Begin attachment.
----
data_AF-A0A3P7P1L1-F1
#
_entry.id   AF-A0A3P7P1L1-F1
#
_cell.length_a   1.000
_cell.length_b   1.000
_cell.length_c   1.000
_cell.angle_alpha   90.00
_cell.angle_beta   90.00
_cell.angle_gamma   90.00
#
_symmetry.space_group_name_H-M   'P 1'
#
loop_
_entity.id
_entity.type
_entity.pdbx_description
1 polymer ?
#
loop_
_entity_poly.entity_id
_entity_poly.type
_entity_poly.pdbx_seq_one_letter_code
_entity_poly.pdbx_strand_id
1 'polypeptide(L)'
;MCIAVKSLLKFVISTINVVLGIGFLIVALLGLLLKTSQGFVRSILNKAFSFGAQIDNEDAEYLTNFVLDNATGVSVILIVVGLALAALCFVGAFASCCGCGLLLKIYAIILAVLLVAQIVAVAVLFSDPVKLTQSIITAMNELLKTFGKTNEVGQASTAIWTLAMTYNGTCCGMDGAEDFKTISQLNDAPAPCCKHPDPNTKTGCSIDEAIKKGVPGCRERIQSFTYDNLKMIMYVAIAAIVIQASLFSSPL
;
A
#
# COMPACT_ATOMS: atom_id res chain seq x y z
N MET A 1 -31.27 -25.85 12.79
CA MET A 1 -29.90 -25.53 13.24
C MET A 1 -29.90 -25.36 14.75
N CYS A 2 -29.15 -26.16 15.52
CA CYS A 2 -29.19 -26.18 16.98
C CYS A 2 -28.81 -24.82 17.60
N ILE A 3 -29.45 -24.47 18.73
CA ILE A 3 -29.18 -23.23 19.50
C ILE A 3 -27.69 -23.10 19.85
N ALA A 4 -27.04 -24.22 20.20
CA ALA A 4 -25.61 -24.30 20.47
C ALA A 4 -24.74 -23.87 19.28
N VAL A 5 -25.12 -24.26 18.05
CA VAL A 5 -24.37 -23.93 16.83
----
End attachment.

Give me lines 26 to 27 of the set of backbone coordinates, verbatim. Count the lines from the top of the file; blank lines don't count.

;MCIAVKSLLKFVISTINVVLGIGFLIVALLGLLLKTSQGFVRSILNKAFSFGAQIDNEDAEYLTNFVLDNATGVSVILIVVGLALAALCFVGAFASCCGCGLLLKIYAIILAVLLVAQIVAVAVLFSDPVKLTQSIITAMNELLKTFGKTNEVGQASTAIWTLAMTYNGTCCGMDGAEDFKTISQLNDAPAPCCKHPDPNTKTGCSIDEAIKKGVPGCRERIQSFTYDNLKMIMYVAIAAIVIQASLFSSPL
;